The recycling plant would represent a loop system; while continuously feeding additional CO2 from the pipeline and continuously re-injecting, and feeding source product. The payback is a function of operating such an EOR project over the long haul, due to this expensive capital and operational investment.
Frac has been discussed in the media today highly specific to hydraulic fracturing. However, this is separate from what has been so-called traditional fracs. Traditional fracs have often required and greatly benefitted from CO2 as an energised fluid; where hydraulic fracs have not generally called for this requirement. As for traditional frac service, this application for CO2 is generally performed by the oilfield service c
Hydraulic fracturing – The exception to the rule?
I have worked with various projects which conceivably could use carbon dioxide in hydraulic fracturing, in the large major shale fields such as the Marcellus field in the Mid-Atlantic states, the Bakken in the upper plains, the Eagle Ford and Barnett fields in Texas, plus conceivably many more in the Midwest, Southeast and Middle South – plus the Rockies and Southern California.
This existing and potential capacity of new natural gas from the shale fields is nothing short of amazing. However, given all this capacity from all the fields mentioned, this technology, today, does not really call for CO2 usage.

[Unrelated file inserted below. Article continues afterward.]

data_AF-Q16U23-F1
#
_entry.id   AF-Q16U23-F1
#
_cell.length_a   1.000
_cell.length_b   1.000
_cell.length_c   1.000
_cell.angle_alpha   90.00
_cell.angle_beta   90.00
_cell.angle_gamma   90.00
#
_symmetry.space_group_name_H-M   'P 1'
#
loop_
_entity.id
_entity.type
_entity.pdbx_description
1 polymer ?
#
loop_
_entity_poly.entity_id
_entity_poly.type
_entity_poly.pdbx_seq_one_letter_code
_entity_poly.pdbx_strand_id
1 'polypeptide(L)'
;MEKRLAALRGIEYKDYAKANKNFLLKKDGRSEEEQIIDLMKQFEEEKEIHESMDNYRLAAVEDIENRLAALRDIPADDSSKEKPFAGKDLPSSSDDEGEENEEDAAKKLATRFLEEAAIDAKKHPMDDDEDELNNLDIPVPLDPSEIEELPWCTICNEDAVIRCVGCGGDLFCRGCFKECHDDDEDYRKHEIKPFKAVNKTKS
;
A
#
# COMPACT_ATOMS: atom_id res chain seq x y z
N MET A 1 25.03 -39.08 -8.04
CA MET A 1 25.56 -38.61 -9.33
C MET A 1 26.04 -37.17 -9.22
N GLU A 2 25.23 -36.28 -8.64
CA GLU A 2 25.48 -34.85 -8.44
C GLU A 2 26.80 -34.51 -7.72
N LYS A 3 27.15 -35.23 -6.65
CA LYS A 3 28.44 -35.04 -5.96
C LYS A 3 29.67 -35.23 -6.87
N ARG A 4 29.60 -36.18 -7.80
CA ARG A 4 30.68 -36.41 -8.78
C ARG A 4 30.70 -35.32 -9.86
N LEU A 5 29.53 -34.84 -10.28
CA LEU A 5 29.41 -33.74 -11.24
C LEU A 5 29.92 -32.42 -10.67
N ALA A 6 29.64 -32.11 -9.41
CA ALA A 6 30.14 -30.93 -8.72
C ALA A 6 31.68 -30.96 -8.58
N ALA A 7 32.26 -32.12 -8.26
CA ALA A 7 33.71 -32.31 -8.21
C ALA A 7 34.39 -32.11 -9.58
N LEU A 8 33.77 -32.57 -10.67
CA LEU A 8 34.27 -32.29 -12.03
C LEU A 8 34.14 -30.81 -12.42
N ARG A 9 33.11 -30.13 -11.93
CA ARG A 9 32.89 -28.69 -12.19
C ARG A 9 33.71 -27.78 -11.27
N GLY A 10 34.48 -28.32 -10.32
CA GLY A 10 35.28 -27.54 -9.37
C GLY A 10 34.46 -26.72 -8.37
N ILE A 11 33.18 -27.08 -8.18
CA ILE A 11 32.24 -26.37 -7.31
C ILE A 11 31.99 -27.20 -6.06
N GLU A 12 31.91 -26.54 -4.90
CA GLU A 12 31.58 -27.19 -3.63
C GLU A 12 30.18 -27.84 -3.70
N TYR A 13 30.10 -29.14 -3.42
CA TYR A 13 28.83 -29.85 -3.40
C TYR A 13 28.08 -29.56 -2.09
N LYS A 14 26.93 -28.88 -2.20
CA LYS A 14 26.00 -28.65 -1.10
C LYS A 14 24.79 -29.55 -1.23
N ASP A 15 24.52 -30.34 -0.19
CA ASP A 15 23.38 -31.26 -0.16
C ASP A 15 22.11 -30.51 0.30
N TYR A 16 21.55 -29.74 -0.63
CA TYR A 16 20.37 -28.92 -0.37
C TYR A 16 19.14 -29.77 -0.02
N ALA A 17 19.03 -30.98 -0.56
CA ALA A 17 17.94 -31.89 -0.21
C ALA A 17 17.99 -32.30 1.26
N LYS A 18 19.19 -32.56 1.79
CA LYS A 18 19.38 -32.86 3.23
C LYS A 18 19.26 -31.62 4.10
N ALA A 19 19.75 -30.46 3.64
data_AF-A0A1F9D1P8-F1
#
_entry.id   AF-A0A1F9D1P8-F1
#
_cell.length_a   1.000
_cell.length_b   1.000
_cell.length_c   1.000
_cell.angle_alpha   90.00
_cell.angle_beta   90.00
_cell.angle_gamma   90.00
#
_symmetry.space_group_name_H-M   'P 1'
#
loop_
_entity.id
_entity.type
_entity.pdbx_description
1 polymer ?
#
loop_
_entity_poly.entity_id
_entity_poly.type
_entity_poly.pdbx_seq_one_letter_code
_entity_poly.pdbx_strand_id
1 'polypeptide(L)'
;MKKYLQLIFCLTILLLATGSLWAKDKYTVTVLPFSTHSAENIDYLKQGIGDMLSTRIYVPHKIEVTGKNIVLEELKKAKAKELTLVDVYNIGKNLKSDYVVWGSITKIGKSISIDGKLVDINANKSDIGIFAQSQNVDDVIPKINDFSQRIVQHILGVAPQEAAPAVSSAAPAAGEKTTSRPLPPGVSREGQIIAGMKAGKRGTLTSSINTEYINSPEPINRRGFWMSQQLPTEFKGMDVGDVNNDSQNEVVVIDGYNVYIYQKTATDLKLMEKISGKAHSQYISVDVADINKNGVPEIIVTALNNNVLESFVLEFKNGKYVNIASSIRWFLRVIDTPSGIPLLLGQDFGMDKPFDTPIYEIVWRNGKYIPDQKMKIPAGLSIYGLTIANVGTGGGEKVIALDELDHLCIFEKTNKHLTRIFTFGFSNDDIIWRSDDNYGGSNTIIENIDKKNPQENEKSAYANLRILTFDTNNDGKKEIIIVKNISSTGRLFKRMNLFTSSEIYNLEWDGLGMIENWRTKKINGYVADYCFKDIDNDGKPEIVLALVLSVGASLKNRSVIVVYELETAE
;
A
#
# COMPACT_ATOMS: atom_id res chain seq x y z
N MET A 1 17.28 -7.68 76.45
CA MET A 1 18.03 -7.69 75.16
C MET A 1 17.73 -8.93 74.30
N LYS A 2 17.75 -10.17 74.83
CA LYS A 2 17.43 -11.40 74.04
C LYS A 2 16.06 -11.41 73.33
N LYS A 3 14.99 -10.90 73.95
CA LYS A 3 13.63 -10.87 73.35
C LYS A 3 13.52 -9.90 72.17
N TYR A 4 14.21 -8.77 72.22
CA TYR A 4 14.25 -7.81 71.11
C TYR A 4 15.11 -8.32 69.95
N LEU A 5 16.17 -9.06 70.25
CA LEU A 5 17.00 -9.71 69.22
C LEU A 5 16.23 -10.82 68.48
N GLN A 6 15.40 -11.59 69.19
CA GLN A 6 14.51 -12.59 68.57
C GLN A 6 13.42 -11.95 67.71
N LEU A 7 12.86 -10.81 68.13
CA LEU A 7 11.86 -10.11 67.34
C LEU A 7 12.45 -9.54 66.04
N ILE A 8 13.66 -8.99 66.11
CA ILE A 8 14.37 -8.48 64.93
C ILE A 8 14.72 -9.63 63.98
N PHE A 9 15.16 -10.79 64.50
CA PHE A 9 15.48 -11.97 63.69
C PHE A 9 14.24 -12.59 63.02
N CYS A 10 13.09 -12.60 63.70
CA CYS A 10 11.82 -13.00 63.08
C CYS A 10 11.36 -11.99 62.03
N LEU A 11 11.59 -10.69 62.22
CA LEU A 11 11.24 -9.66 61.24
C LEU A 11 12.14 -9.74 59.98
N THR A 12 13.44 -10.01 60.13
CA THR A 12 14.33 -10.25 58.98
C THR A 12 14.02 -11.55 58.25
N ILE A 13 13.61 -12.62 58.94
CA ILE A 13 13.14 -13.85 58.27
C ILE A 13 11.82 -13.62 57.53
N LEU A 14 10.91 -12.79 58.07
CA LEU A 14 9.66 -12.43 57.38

The problem with CO2 usage in hydraulic fracturing is that most of these fractures are generally achieved via (primarily) water, then maybe a small addition of (so-called benign) agents such as sodium chloride, and citric acid; and maybe glycols would be added as well. When I recently worked with CO2 projects surrounding hydraulic fracturing in the southwest, and Middle Atlantic region, the consensus from the major service companies indicated no CO2 use currently – and generally no likely need.
The exception to this may be in truly arid regions of the country with little water, and/or regions with difficulty recycling the water, and disposing of the residue from the process water. Further, there has been some mention of hydraulic frac work possibly using the CO2 in so-called clean-up operations. Therefore, based on what has been said by the major oil and gas service companies, and my work in this sector, there is not a significant market for CO2 in the service of hydraulic fracturing.
The so-called traditional frac work has, and will continue to use CO2; and this is essentially in markets and formations not consistent with the now-popular shale field production of natural gas.